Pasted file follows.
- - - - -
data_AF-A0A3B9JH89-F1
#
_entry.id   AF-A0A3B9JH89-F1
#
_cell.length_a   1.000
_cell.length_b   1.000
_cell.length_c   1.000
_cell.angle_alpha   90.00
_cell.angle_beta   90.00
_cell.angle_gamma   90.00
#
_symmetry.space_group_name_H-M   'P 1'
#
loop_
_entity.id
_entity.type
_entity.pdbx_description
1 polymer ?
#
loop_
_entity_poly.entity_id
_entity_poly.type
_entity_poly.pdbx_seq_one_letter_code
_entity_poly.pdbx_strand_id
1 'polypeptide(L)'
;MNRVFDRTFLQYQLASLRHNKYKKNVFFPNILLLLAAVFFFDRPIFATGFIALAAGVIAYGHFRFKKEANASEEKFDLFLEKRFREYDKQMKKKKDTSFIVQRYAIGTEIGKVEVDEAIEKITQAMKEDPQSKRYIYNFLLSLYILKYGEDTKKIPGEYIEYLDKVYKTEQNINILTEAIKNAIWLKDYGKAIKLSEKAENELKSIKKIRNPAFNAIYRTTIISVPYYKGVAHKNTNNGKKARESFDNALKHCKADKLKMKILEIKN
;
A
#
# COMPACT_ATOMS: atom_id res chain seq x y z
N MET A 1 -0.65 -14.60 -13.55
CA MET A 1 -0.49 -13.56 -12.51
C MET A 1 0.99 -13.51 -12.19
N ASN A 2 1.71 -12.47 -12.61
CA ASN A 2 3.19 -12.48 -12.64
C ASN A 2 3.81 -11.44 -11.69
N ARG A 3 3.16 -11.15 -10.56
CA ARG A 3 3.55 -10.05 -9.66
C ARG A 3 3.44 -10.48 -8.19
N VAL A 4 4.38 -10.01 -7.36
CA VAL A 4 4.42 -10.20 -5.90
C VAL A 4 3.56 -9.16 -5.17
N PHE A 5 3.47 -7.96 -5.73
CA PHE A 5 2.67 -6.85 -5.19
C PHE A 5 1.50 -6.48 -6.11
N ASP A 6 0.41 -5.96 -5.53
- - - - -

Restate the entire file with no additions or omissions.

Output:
data_AF-A0A3B9JH89-F1
#
_entry.id   AF-A0A3B9JH89-F1
#
_cell.length_a   1.000
_cell.length_b   1.000
_cell.length_c   1.000
_cell.angle_alpha   90.00
_cell.angle_beta   90.00
_cell.angle_gamma   90.00
#
_symmetry.space_group_name_H-M   'P 1'
#
loop_
_entity.id
_entity.type
_entity.pdbx_description
1 polymer ?
#
loop_
_entity_poly.entity_id
_entity_poly.type
_entity_poly.pdbx_seq_one_letter_code
_entity_poly.pdbx_strand_id
1 'polypeptide(L)'
;MNRVFDRTFLQYQLASLRHNKYKKNVFFPNILLLLAAVFFFDRPIFATGFIALAAGVIAYGHFRFKKEANASEEKFDLFLEKRFREYDKQMKKKKDTSFIVQRYAIGTEIGKVEVDEAIEKITQAMKEDPQSKRYIYNFLLSLYILKYGEDTKKIPGEYIEYLDKVYKTEQNINILTEAIKNAIWLKDYGKAIKLSEKAENELKSIKKIRNPAFNAIYRTTIISVPYYKGVAHKNTNNGKKARESFDNALKHCKADKLKMKILEIKN
;
A
#
# COMPACT_ATOMS: atom_id res chain seq x y z
N MET A 1 -0.65 -14.60 -13.55
CA MET A 1 -0.49 -13.56 -12.51
C MET A 1 0.99 -13.51 -12.19
N ASN A 2 1.71 -12.47 -12.61
CA ASN A 2 3.19 -12.48 -12.64
C ASN A 2 3.81 -11.44 -11.69
N ARG A 3 3.16 -11.15 -10.56
CA ARG A 3 3.55 -10.05 -9.66
C ARG A 3 3.44 -10.48 -8.19
N VAL A 4 4.38 -10.01 -7.36
CA VAL A 4 4.42 -10.20 -5.90
C VAL A 4 3.56 -9.16 -5.17
N PHE A 5 3.47 -7.96 -5.73
CA PHE A 5 2.67 -6.85 -5.19
C PHE A 5 1.50 -6.48 -6.11
N ASP A 6 0.41 -5.96 -5.53